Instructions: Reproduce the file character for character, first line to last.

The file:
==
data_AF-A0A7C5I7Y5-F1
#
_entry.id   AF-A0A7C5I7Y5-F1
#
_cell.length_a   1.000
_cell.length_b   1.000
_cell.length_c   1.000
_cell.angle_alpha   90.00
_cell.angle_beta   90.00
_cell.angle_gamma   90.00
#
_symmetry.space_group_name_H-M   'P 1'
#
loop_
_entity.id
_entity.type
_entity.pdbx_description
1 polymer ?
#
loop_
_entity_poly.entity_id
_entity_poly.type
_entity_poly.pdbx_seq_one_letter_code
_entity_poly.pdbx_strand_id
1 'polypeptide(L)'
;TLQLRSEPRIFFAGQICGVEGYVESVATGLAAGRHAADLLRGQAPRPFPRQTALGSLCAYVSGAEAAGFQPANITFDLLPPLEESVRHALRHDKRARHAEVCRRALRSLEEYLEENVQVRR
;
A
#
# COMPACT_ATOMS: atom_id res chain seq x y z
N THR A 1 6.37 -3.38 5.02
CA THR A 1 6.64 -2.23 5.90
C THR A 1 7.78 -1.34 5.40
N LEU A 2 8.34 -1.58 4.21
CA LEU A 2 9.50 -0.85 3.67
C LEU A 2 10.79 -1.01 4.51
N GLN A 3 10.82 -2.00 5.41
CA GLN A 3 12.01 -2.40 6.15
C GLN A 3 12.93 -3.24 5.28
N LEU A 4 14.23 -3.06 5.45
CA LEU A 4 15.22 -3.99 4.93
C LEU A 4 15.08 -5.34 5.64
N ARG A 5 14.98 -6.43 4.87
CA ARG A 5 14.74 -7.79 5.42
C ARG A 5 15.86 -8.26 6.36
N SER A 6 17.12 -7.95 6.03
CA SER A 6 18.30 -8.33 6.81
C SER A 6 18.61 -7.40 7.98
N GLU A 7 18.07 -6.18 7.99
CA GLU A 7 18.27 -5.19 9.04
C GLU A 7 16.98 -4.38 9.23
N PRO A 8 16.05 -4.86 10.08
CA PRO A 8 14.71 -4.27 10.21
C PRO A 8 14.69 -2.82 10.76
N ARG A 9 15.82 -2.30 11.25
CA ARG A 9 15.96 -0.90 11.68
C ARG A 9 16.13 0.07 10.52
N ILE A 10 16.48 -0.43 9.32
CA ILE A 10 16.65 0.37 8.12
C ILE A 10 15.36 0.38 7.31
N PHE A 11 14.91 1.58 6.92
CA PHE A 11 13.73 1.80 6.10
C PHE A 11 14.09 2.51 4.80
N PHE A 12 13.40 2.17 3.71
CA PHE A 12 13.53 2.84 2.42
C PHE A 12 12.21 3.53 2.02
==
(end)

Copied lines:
data_AF-A0A7C5I7Y5-F1
#
_entry.id   AF-A0A7C5I7Y5-F1
#
_cell.length_a   1.000
_cell.length_b   1.000
_cell.length_c   1.000
_cell.angle_alpha   90.00
_cell.angle_beta   90.00
_cell.angle_gamma   90.00
#
_symmetry.space_group_name_H-M   'P 1'
#
loop_
_entity.id
_entity.type
_entity.pdbx_description
1 polymer ?
#
loop_
_entity_poly.entity_id
_entity_poly.type
_entity_poly.pdbx_seq_one_letter_code
_entity_poly.pdbx_strand_id
1 'polypeptide(L)'
;TLQLRSEPRIFFAGQICGVEGYVESVATGLAAGRHAADLLRGQAPRPFPRQTALGSLCAYVSGAEAAGFQPANITFDLLPPLEESVRHALRHDKRARHAEVCRRALRSLEEYLEENVQVRR
;
A
#
# COMPACT_ATOMS: atom_id res chain seq x y z
N THR A 1 6.37 -3.38 5.02
CA THR A 1 6.64 -2.23 5.90
C THR A 1 7.78 -1.34 5.40
N LEU A 2 8.34 -1.58 4.21
CA LEU A 2 9.50 -0.85 3.67
C LEU A 2 10.79 -1.01 4.51
N GLN A 3 10.82 -2.00 5.41
CA GLN A 3 12.01 -2.40 6.15
C GLN A 3 12.93 -3.24 5.28
N LEU A 4 14.23 -3.06 5.45
CA LEU A 4 15.22 -3.99 4.93
C LEU A 4 15.08 -5.34 5.64
N ARG A 5 14.98 -6.43 4.87
CA ARG A 5 14.74 -7.79 5.42
C ARG A 5 15.86 -8.26 6.36
N SER A 6 17.12 -7.95 6.03
CA SER A 6 18.30 -8.33 6.81
C SER A 6 18.61 -7.40 7.98
N GLU A 7 18.07 -6.18 7.99
CA GLU A 7 18.27 -5.19 9.04
C GLU A 7 16.98 -4.38 9.23
N PRO A 8 16.05 -4.86 10.08
CA PRO A 8 14.71 -4.27 10.21
C PRO A 8 14.69 -2.82 10.76
N ARG A 9 15.82 -2.30 11.25
CA ARG A 9 15.96 -0.90 11.68
C ARG A 9 16.13 0.07 10.52
N ILE A 10 16.48 -0.43 9.32
CA ILE A 10 16.65 0.37 8.12
C ILE A 10 15.36 0.38 7.31
N PHE A 11 14.91 1.58 6.92
CA PHE A 11 13.73 1.80 6.10
C PHE A 11 14.09 2.51 4.80
N PHE A 12 13.40 2.17 3.71
CA PHE A 12 13.53 2.84 2.42
C PHE A 12 12.21 3.53 2.02